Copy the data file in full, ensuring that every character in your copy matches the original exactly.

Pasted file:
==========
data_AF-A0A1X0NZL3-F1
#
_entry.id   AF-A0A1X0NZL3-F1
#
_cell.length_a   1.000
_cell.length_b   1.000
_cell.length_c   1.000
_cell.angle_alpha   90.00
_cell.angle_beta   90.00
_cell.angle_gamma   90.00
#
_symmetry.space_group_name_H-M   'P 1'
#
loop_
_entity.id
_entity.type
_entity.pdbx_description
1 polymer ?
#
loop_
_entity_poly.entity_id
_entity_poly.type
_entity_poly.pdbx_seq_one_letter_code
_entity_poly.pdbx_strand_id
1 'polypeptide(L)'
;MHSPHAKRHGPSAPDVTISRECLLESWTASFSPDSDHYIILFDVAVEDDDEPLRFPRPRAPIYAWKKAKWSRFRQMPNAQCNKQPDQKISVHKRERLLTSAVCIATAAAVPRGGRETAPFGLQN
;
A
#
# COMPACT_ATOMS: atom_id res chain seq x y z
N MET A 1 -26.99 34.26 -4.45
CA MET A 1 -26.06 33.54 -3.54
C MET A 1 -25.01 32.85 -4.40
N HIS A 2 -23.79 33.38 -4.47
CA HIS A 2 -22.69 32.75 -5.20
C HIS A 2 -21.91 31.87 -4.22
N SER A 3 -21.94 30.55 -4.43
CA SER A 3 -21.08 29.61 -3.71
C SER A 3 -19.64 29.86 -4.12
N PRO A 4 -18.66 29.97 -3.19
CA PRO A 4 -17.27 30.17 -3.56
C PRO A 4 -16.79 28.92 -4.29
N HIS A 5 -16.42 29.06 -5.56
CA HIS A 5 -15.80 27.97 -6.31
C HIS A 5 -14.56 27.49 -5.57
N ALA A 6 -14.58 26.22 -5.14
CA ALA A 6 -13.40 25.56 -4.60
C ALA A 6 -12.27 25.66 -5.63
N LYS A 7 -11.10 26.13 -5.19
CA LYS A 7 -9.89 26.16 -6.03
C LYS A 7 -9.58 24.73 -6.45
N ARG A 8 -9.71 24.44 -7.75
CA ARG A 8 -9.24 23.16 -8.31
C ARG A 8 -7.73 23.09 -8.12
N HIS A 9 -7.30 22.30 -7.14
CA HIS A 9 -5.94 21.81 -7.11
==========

data_AF-A0A1X0NZL3-F1
#
_entry.id   AF-A0A1X0NZL3-F1
#
_cell.length_a   1.000
_cell.length_b   1.000
_cell.length_c   1.000
_cell.angle_alpha   90.00
_cell.angle_beta   90.00
_cell.angle_gamma   90.00
#
_symmetry.space_group_name_H-M   'P 1'
#
loop_
_entity.id
_entity.type
_entity.pdbx_description
1 polymer ?
#
loop_
_entity_poly.entity_id
_entity_poly.type
_entity_poly.pdbx_seq_one_letter_code
_entity_poly.pdbx_strand_id
1 'polypeptide(L)'
;MHSPHAKRHGPSAPDVTISRECLLESWTASFSPDSDHYIILFDVAVEDDDEPLRFPRPRAPIYAWKKAKWSRFRQMPNAQCNKQPDQKISVHKRERLLTSAVCIATAAAVPRGGRETAPFGLQN
;
A
#
# COMPACT_ATOMS: atom_id res chain seq x y z
N MET A 1 -26.99 34.26 -4.45
CA MET A 1 -26.06 33.54 -3.54
C MET A 1 -25.01 32.85 -4.40
N HIS A 2 -23.79 33.38 -4.47
CA HIS A 2 -22.69 32.75 -5.20
C HIS A 2 -21.91 31.87 -4.22
N SER A 3 -21.94 30.55 -4.43
CA SER A 3 -21.08 29.61 -3.71
C SER A 3 -19.64 29.86 -4.12
N PRO A 4 -18.66 29.97 -3.19
CA PRO A 4 -17.27 30.17 -3.56
C PRO A 4 -16.79 28.92 -4.29
N HIS A 5 -16.42 29.06 -5.56
CA HIS A 5 -15.80 27.97 -6.31
C HIS A 5 -14.56 27.49 -5.57
N ALA A 6 -14.58 26.22 -5.14
CA ALA A 6 -13.40 25.56 -4.60
C ALA A 6 -12.27 25.66 -5.63
N LYS A 7 -11.10 26.13 -5.19
CA LYS A 7 -9.89 26.16 -6.03
C LYS A 7 -9.58 24.73 -6.45
N ARG A 8 -9.71 24.44 -7.75
CA ARG A 8 -9.24 23.16 -8.31
C ARG A 8 -7.73 23.09 -8.12
N HIS A 9 -7.30 22.30 -7.14
CA HIS A 9 -5.94 21.81 -7.11